Celiac.com 03/01/2018 - Mortality rates for children under five have been falling steadily for decades. Additionally, there's plenty of data to indicate that rates of celiac disease have been rising in general population.
Before doctors understood the role that gluten played in celiac disease, the prognosis for young children with the condition was grim. Since doctors didn't understand the underlying disease, many of these deaths were simply logged as deaths due to wasting or failure to thrive. Could fewer children dying from celiac disease help explain the apparent rise in celiac rates? In an attempt to answer that question, a team of researchers recently set out to to investigate a possible relationship between mortality rates in children under five years old and rates of celiac disease.
A review of medical literature revealed 27 studies from 17 different countries concerning rates of celiac disease in schoolchildren between 1995 and 2011, 4 studies were performed in Italy. The researchers conducted a meta-analysis of prevalence rates and compared them between specific country under-5 mortality groups, publication year, and age.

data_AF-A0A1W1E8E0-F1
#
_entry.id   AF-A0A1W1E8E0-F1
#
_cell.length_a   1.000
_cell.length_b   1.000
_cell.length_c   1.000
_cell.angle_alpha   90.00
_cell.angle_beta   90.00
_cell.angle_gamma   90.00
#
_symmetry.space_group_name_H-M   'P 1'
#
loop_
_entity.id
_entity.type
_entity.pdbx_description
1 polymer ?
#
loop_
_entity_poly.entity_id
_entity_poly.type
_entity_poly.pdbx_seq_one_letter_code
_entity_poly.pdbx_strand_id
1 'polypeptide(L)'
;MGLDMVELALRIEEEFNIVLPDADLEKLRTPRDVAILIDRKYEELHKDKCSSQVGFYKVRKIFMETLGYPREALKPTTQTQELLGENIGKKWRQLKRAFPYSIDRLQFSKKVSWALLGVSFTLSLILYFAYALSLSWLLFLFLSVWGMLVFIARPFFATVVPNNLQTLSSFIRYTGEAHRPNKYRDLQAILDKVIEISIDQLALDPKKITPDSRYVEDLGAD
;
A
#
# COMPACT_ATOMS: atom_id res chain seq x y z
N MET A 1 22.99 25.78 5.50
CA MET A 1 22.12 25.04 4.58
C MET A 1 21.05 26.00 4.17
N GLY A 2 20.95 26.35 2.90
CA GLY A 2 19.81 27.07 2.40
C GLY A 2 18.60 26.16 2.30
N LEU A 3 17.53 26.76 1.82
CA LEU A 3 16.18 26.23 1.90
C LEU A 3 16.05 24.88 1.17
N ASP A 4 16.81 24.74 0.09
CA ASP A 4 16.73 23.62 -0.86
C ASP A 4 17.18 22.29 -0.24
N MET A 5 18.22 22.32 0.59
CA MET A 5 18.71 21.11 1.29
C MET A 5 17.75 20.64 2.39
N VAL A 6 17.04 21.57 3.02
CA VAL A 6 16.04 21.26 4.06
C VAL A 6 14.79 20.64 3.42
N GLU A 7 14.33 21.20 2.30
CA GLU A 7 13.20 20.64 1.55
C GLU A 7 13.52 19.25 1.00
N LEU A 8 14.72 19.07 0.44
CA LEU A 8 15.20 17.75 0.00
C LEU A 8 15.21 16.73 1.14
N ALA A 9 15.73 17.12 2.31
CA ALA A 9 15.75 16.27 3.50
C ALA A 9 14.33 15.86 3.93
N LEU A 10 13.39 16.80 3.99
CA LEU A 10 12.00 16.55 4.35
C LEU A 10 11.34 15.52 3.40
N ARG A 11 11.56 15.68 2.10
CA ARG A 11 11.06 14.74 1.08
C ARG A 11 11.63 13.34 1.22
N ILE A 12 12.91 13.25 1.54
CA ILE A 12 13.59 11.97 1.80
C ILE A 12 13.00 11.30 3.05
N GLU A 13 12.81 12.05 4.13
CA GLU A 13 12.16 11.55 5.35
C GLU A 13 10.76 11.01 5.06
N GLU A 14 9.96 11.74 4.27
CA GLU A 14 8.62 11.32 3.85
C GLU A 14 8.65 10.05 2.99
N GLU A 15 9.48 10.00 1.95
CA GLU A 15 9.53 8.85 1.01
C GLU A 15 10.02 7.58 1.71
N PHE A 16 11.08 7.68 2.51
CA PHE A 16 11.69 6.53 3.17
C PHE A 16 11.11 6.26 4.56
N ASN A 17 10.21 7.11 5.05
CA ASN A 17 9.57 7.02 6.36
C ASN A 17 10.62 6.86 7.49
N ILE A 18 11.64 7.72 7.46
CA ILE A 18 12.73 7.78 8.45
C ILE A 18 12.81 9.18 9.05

Over the last twenty years or so, mortality rates for kids under 5 have been decreasing all over the world. This reduction has mirrored an increase of the rates of celiac disease. The Spearman correlation coefficient was -63%, 95% confidence interval -82% to -33% (Pâ€Š<â€Š0.001). The data show that higher mortality rates mirrored lower rates of celiac disease. This finding is confirmed by the meta-analysis of the four Italian studies.
Rates of death for children under 5 years of age seem to influence rates of celiac disease in the general population. Basically, less kids dying young contributes to higher celiac disease rates later on.
Because gluten-free diet treatment and numerous other developments allow a better survival of children with celiac disease, the number of people with celiac disease will likely increase for some time into the future.